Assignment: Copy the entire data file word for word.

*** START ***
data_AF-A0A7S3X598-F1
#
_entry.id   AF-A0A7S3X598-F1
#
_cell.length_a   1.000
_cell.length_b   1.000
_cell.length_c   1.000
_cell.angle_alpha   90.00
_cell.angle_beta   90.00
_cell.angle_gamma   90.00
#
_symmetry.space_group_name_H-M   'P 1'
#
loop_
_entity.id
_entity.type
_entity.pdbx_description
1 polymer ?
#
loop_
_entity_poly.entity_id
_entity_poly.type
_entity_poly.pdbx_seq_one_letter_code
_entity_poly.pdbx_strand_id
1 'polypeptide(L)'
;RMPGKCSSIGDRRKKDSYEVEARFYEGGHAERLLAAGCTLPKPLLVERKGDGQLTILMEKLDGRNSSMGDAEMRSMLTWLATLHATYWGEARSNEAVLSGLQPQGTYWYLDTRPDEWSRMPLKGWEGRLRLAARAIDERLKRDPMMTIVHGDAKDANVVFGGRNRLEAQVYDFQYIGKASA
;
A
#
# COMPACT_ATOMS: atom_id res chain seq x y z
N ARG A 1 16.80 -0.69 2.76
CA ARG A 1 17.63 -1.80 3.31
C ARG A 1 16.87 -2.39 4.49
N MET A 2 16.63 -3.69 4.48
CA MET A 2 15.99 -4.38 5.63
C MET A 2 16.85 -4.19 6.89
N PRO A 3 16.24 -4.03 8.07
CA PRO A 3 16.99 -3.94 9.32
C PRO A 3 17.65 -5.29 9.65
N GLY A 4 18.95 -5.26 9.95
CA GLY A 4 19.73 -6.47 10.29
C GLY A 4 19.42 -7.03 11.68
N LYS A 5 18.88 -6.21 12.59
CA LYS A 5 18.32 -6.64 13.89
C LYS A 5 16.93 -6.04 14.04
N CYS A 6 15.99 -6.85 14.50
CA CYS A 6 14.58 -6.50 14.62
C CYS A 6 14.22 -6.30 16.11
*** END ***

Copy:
data_AF-A0A7S3X598-F1
#
_entry.id   AF-A0A7S3X598-F1
#
_cell.length_a   1.000
_cell.length_b   1.000
_cell.length_c   1.000
_cell.angle_alpha   90.00
_cell.angle_beta   90.00
_cell.angle_gamma   90.00
#
_symmetry.space_group_name_H-M   'P 1'
#
loop_
_entity.id
_entity.type
_entity.pdbx_description
1 polymer ?
#
loop_
_entity_poly.entity_id
_entity_poly.type
_entity_poly.pdbx_seq_one_letter_code
_entity_poly.pdbx_strand_id
1 'polypeptide(L)'
;RMPGKCSSIGDRRKKDSYEVEARFYEGGHAERLLAAGCTLPKPLLVERKGDGQLTILMEKLDGRNSSMGDAEMRSMLTWLATLHATYWGEARSNEAVLSGLQPQGTYWYLDTRPDEWSRMPLKGWEGRLRLAARAIDERLKRDPMMTIVHGDAKDANVVFGGRNRLEAQVYDFQYIGKASA
;
A
#
# COMPACT_ATOMS: atom_id res chain seq x y z
N ARG A 1 16.80 -0.69 2.76
CA ARG A 1 17.63 -1.80 3.31
C ARG A 1 16.87 -2.39 4.49
N MET A 2 16.63 -3.69 4.48
CA MET A 2 15.99 -4.38 5.63
C MET A 2 16.85 -4.19 6.89
N PRO A 3 16.24 -4.03 8.07
CA PRO A 3 16.99 -3.94 9.32
C PRO A 3 17.65 -5.29 9.65
N GLY A 4 18.95 -5.26 9.95
CA GLY A 4 19.73 -6.47 10.29
C GLY A 4 19.42 -7.03 11.68
N LYS A 5 18.88 -6.21 12.59
CA LYS A 5 18.32 -6.64 13.89
C LYS A 5 16.93 -6.04 14.04
N CYS A 6 15.99 -6.85 14.50
CA CYS A 6 14.58 -6.50 14.62
C CYS A 6 14.22 -6.30 16.11